Chihuahua and pigeon, two roommates at pet shelter, are touching the hearts of millions

By | February 18, 2020

This coo couple may have a ruff life – but the unlikely pet shelter roommates have become global celebrities.

Lundy, an 8-week-old Chihuahua who can’t walk, and his pal Herman, a pigeon who can’t fly, have been snuggling together at the Mia Foundation, a nonprofit shelter catering to animals with special needs and birth defects in upstate Hilton.

“This guy here has touched the hearts of millions of people,” the shelter’s Gary Rogers told NBC affiliate WHEC.

Pictures of the duo on Facebook have prompted hundreds of messages and donations from around the world.

“I see a new friendship blooming,” Sue Rogers wrote in the post, which has garnered more than 6 million views and has been shared more than 43,000 times.

“Unbelievable that a simple, cute picture would go this crazy,” she told WHEC.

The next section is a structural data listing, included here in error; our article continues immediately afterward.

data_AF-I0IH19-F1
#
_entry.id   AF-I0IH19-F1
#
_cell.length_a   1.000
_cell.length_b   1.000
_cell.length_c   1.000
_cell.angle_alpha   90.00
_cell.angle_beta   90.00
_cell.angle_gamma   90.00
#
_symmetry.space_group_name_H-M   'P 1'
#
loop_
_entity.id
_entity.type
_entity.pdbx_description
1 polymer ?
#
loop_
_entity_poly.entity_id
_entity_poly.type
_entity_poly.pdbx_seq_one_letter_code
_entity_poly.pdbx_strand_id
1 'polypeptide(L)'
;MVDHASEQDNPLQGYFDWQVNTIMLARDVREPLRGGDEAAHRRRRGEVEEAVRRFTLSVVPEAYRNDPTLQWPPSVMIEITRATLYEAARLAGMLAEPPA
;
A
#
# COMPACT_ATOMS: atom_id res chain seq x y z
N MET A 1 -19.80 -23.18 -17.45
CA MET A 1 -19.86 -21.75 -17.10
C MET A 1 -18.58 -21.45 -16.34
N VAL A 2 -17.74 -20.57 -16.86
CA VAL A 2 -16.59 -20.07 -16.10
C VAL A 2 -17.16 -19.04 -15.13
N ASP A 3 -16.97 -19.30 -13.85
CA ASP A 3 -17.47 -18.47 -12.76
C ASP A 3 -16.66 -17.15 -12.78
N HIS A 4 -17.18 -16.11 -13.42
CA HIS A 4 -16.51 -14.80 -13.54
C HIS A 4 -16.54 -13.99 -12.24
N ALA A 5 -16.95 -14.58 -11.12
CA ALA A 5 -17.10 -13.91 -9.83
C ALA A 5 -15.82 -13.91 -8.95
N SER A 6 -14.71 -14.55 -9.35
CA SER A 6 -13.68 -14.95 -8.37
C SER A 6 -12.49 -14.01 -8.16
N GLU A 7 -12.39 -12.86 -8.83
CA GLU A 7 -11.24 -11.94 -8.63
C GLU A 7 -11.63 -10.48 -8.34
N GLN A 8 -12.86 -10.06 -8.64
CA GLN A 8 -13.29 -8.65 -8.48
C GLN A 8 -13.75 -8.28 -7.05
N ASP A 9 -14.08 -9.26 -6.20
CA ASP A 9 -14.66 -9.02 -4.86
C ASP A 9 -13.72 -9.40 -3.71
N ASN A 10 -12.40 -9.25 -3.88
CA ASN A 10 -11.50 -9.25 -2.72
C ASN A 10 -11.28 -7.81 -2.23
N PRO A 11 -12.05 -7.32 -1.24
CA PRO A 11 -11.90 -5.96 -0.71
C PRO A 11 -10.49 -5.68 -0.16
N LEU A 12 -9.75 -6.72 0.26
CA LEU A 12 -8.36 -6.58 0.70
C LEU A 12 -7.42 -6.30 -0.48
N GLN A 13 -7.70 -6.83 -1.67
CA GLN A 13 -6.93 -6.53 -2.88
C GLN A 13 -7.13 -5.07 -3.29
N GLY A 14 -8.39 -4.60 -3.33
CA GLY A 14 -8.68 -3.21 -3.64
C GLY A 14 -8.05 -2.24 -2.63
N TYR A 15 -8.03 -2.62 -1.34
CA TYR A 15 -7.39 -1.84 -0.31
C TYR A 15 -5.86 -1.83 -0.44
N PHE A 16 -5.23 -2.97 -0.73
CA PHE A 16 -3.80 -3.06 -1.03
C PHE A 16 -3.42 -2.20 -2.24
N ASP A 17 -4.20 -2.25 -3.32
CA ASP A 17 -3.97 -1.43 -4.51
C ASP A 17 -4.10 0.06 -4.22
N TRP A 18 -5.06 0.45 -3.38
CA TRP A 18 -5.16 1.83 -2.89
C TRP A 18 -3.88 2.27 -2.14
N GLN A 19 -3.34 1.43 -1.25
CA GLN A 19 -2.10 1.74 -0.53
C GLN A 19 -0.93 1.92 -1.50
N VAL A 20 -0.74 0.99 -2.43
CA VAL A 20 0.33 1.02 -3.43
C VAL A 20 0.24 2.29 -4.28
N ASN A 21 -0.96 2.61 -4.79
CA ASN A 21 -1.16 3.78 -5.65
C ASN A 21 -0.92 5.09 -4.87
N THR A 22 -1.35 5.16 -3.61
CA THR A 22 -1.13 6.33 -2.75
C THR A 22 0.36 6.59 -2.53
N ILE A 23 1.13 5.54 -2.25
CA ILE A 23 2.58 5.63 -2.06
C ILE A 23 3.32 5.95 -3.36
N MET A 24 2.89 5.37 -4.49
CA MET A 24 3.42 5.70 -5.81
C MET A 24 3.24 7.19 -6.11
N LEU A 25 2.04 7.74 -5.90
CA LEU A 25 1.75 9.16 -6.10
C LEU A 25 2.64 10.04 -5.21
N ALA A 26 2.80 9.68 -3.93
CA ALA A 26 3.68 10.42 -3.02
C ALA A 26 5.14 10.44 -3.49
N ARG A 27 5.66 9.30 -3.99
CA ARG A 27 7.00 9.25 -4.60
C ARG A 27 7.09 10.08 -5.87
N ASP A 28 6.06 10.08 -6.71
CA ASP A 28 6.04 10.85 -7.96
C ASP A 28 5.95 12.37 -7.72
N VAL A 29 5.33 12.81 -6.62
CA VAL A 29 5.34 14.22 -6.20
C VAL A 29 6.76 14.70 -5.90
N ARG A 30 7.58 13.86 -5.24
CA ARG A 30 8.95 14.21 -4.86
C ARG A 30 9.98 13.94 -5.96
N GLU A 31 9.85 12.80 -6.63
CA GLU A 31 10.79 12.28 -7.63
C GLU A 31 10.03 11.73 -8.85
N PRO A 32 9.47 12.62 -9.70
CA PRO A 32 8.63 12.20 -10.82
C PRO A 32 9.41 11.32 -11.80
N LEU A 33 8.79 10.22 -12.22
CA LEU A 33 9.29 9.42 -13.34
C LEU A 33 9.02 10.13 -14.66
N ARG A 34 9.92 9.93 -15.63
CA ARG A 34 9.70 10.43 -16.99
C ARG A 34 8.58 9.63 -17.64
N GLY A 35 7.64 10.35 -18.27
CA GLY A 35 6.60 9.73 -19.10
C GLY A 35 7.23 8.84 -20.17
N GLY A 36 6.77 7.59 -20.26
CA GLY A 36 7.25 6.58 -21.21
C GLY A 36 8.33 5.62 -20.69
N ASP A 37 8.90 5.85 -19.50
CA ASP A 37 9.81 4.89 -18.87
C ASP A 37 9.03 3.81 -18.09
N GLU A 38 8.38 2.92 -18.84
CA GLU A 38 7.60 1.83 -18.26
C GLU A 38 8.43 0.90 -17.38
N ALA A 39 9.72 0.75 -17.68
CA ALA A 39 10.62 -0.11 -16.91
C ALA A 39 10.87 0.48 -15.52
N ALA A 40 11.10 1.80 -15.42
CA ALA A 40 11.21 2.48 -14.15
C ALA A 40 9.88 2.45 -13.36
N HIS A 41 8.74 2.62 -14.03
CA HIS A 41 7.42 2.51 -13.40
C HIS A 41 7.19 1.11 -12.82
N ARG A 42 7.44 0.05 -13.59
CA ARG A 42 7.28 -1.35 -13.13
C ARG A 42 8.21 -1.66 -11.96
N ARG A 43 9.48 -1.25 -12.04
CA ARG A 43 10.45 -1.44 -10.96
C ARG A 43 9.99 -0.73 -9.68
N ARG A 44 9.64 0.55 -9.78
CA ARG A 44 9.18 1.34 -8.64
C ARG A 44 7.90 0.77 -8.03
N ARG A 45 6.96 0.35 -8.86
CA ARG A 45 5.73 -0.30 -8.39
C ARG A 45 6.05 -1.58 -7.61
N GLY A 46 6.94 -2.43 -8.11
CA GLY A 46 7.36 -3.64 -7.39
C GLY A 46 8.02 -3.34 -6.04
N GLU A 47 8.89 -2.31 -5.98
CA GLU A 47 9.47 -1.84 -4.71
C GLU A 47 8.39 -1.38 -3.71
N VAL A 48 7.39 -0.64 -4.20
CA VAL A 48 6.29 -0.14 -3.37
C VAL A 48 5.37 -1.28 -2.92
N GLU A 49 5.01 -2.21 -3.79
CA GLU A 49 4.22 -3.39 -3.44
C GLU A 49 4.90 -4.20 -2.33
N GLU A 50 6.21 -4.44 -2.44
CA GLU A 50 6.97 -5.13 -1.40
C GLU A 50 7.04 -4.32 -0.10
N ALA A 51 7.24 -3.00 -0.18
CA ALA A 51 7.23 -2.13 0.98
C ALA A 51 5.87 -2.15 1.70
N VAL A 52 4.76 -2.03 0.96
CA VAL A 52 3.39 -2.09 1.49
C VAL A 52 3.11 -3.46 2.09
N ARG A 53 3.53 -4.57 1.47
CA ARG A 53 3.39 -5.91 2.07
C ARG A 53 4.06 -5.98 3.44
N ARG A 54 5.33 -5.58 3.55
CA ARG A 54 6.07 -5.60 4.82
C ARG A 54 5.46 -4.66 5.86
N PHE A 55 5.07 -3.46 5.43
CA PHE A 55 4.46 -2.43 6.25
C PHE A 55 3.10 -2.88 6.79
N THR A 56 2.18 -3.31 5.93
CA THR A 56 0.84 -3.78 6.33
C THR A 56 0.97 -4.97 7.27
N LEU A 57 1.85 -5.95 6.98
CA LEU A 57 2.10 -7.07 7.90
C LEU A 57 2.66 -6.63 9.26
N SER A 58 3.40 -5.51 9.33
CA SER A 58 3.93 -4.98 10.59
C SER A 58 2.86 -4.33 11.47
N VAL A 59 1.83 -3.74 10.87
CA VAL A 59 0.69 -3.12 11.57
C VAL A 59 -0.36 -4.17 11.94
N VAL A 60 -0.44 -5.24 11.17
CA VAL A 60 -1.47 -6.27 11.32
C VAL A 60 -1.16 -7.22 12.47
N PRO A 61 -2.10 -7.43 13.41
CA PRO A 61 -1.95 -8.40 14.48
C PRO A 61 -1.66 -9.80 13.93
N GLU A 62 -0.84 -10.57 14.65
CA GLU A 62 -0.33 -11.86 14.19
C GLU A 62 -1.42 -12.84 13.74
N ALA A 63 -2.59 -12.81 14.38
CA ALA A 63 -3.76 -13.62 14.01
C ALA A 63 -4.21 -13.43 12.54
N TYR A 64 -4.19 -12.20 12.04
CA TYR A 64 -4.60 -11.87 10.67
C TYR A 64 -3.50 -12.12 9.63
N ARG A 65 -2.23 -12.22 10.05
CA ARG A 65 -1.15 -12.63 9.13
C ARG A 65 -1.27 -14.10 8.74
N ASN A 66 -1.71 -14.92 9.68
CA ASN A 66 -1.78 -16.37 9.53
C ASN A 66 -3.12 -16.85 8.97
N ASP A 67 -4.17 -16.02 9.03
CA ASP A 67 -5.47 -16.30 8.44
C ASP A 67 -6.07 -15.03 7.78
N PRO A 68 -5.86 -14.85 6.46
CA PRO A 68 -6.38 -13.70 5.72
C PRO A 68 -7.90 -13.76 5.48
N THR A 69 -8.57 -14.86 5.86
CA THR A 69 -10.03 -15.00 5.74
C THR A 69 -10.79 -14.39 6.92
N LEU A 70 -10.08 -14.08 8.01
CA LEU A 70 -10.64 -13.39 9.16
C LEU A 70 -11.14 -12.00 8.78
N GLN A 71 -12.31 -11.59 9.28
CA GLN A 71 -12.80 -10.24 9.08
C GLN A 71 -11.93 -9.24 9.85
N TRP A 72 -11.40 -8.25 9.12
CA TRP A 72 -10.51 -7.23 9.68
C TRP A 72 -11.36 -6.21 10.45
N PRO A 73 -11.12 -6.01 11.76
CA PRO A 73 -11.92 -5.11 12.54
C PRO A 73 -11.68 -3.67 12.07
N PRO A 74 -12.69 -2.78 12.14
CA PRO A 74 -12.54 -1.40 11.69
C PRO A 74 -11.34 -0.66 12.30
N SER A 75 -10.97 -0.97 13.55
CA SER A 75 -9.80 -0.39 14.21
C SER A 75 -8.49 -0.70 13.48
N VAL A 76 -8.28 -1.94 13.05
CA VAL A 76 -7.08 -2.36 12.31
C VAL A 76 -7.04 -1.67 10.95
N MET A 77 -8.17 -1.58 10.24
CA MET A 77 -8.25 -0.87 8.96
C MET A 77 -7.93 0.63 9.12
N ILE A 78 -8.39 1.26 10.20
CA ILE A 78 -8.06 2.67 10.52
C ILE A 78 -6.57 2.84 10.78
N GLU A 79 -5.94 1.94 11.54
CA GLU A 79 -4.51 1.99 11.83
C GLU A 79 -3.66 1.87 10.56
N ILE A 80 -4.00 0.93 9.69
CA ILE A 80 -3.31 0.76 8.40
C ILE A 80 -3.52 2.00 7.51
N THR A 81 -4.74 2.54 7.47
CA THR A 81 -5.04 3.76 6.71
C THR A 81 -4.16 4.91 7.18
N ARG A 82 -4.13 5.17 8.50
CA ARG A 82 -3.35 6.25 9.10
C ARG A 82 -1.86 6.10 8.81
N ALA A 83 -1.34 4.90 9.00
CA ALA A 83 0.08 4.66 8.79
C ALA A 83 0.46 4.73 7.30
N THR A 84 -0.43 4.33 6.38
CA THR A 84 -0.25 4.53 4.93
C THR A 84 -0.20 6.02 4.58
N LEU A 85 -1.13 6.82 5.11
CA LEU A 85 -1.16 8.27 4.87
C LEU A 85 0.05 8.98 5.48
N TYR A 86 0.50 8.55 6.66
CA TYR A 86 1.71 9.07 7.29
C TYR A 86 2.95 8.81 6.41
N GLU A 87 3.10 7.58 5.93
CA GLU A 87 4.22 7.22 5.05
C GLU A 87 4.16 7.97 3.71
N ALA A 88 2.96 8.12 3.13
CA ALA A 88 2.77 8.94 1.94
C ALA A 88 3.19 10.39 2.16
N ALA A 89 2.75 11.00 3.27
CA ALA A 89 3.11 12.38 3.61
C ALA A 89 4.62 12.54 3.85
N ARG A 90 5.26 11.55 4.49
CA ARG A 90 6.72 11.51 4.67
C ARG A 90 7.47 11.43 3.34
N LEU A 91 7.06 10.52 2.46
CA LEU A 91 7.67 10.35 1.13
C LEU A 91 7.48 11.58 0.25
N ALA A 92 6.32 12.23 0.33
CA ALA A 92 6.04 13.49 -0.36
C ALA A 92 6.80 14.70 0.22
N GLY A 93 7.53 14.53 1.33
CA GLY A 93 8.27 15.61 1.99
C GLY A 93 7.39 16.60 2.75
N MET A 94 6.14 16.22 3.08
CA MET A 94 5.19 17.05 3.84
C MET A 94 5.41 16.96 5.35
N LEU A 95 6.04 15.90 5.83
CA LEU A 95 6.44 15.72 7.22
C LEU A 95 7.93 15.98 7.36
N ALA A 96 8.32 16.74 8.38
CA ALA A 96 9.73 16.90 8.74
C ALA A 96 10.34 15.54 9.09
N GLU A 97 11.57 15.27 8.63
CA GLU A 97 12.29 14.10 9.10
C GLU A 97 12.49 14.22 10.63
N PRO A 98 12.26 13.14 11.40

Herman, who has been living at the shelter for over a year, was likely left flightless due to the West Nile virus or a brain injury, while Lundy arrived six weeks ago from North Carolina unable to use his hind legs.

“I took Herman out of his playpen to give him some time out and I put him in a dog bed and then I had to tend to Lundy so I put Lundy in with him,” Rogers told the news outlet.

“They just looked really cute together so I took some pictures and posted them to Facebook and the next morning it was crazy,” she said.

Rogers added: “Just from a simple picture of a pigeon and a puppy being shared, we’ve already brought in over $ 6,000 in donations.”

In an update on Facebook, she said she has been “inundated with requests to share the story behind the Lundy and Herman pictures from all over the world the last 48 hours.

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“From Mexico to Italy, Australia, Russia, UK, and more,” she said.

Rogers, who founded shelter in 2012, told People that the nonprofit has also helped cats, horses, goats, turkeys and even a donkey.

“But people bring us injured birds and squirrels sometimes,” she told the mag.

While Herman is a permanent resident, she said she hopes to help Lundy find a forever home where he can learn how to walk with a wheelchair of sorts.

“He is only 17 ounces, so we will have to wait on the chair,” Rogers said.

Living | New York Post